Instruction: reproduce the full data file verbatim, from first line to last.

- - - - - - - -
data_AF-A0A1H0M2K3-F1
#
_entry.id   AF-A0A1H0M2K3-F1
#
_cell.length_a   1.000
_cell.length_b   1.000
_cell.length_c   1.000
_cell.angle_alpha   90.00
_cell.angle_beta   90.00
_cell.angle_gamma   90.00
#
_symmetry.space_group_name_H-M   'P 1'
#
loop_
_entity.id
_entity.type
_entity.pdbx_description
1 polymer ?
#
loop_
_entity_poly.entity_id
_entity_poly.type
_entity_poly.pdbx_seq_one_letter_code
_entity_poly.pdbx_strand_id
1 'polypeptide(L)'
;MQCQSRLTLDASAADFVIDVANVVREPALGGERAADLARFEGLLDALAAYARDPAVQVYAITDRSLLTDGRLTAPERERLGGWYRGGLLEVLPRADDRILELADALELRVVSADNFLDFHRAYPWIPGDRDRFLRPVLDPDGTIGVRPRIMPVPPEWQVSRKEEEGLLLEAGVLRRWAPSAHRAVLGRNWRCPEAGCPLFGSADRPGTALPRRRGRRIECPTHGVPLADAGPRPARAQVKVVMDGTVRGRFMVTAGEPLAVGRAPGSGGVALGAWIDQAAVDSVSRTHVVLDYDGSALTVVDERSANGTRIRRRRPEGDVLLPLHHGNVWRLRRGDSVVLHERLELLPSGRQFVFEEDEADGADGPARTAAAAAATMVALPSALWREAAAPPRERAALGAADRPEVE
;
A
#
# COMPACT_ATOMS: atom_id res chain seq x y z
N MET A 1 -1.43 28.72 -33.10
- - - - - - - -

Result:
data_AF-A0A1H0M2K3-F1
#
_entry.id   AF-A0A1H0M2K3-F1
#
_cell.length_a   1.000
_cell.length_b   1.000
_cell.length_c   1.000
_cell.angle_alpha   90.00
_cell.angle_beta   90.00
_cell.angle_gamma   90.00
#
_symmetry.space_group_name_H-M   'P 1'
#
loop_
_entity.id
_entity.type
_entity.pdbx_description
1 polymer ?
#
loop_
_entity_poly.entity_id
_entity_poly.type
_entity_poly.pdbx_seq_one_letter_code
_entity_poly.pdbx_strand_id
1 'polypeptide(L)'
;MQCQSRLTLDASAADFVIDVANVVREPALGGERAADLARFEGLLDALAAYARDPAVQVYAITDRSLLTDGRLTAPERERLGGWYRGGLLEVLPRADDRILELADALELRVVSADNFLDFHRAYPWIPGDRDRFLRPVLDPDGTIGVRPRIMPVPPEWQVSRKEEEGLLLEAGVLRRWAPSAHRAVLGRNWRCPEAGCPLFGSADRPGTALPRRRGRRIECPTHGVPLADAGPRPARAQVKVVMDGTVRGRFMVTAGEPLAVGRAPGSGGVALGAWIDQAAVDSVSRTHVVLDYDGSALTVVDERSANGTRIRRRRPEGDVLLPLHHGNVWRLRRGDSVVLHERLELLPSGRQFVFEEDEADGADGPARTAAAAAATMVALPSALWREAAAPPRERAALGAADRPEVE
;
A
#
# COMPACT_ATOMS: atom_id res chain seq x y z
N MET A 1 -1.43 28.72 -33.10